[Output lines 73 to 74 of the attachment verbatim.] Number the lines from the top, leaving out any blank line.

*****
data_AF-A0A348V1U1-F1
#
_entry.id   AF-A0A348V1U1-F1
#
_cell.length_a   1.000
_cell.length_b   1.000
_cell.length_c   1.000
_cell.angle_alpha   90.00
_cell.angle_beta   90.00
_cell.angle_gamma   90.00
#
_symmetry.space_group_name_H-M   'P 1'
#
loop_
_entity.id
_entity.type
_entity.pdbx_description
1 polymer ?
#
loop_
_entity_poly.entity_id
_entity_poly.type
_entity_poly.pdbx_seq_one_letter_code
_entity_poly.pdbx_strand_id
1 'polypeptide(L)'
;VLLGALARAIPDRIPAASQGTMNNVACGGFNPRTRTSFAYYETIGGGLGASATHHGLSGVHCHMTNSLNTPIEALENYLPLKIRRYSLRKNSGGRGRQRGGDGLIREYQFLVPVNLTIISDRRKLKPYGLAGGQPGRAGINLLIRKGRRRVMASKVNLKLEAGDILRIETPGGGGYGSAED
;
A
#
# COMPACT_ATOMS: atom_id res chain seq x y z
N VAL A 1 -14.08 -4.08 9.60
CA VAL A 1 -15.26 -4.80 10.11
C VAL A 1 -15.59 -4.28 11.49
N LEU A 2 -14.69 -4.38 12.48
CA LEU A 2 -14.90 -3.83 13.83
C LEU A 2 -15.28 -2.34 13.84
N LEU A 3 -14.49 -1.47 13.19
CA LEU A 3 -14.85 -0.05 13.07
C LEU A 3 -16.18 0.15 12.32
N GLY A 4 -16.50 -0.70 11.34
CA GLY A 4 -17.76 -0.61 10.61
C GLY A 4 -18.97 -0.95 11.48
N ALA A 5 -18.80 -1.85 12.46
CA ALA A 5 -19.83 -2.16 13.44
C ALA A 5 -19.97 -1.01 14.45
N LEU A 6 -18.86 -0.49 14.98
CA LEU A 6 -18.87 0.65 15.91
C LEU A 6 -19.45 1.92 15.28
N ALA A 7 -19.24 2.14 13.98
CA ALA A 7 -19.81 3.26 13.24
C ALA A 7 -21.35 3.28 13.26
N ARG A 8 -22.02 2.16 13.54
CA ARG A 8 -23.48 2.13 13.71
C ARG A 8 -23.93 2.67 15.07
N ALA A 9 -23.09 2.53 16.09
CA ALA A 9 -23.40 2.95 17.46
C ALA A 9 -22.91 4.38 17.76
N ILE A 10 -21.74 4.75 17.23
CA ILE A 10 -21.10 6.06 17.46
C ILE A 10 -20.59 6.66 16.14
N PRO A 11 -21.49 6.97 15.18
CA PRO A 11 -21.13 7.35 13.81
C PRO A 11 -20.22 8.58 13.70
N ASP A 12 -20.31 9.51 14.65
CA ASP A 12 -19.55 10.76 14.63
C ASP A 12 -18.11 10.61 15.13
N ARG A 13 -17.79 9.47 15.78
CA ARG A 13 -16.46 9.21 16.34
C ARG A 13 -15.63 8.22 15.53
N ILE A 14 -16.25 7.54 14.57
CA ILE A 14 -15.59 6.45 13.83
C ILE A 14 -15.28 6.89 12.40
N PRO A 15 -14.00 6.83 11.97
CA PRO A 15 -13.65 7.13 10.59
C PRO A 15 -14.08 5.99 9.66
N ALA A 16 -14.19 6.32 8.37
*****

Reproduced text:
N PRO A 15 -14.00 6.83 11.97
CA PRO A 15 -13.65 7.13 10.59